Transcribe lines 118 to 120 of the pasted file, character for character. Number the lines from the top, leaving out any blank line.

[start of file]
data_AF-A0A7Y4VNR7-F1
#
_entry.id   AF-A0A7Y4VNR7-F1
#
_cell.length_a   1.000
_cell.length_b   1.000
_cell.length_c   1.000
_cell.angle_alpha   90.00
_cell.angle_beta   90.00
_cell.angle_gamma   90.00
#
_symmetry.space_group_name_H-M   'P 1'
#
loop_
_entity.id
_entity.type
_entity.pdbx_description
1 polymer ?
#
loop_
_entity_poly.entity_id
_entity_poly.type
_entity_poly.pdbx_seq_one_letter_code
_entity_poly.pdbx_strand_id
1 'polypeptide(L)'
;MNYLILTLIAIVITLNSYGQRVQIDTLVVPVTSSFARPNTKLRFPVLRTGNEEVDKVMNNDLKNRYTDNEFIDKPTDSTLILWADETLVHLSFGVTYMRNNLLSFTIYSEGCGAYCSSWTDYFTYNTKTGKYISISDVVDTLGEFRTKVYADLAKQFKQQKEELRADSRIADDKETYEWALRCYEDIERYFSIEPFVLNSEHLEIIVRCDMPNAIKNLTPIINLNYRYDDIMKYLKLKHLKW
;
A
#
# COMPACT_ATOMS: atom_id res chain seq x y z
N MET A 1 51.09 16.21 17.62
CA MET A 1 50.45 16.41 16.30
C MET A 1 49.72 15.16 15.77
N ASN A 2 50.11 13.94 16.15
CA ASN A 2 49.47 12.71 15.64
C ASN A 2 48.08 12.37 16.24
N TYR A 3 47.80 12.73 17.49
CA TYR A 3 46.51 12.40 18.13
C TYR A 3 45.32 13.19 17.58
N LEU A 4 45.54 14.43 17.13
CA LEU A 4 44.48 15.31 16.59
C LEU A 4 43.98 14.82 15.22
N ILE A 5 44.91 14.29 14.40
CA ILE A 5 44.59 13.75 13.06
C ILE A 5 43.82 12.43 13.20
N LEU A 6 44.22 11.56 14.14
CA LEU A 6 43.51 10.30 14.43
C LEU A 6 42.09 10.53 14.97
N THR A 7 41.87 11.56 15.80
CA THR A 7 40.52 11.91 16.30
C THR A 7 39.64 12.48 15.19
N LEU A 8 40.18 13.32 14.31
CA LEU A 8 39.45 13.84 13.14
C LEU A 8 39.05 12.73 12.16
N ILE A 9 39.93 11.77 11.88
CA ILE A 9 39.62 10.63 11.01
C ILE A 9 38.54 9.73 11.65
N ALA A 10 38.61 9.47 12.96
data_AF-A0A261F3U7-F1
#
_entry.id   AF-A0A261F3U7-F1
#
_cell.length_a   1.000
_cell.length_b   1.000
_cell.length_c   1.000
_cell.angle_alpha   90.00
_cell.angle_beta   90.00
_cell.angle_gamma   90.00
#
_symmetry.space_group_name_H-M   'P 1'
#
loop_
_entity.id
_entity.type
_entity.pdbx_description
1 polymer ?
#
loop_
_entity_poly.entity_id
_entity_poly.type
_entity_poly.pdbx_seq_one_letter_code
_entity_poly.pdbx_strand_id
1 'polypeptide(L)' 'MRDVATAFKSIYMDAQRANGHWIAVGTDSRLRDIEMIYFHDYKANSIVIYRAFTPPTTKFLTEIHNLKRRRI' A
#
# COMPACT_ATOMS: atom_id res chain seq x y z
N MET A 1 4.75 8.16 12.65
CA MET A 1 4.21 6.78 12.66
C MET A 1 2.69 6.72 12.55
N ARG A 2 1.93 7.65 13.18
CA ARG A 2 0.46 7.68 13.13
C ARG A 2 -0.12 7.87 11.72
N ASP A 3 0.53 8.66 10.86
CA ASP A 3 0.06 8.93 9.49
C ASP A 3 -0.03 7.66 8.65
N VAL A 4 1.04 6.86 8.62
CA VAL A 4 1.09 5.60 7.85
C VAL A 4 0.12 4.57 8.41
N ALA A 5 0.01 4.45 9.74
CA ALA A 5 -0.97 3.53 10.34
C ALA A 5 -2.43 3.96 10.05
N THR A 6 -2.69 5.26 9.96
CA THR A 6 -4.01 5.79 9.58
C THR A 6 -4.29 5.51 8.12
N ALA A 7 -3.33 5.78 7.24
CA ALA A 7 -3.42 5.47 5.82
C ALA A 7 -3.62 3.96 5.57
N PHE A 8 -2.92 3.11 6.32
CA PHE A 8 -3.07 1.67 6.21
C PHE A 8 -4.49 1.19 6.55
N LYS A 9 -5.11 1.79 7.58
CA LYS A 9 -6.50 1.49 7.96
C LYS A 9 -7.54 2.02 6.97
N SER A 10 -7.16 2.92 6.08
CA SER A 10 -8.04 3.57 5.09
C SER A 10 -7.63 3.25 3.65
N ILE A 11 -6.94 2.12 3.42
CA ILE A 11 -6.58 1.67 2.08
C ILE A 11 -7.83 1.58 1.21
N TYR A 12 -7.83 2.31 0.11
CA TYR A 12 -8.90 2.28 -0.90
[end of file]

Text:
C ILE A 11 -7.83 1.58 1.21
N TYR A 12 -7.83 2.31 0.11
CA TYR A 12 -8.90 2.28 -0.90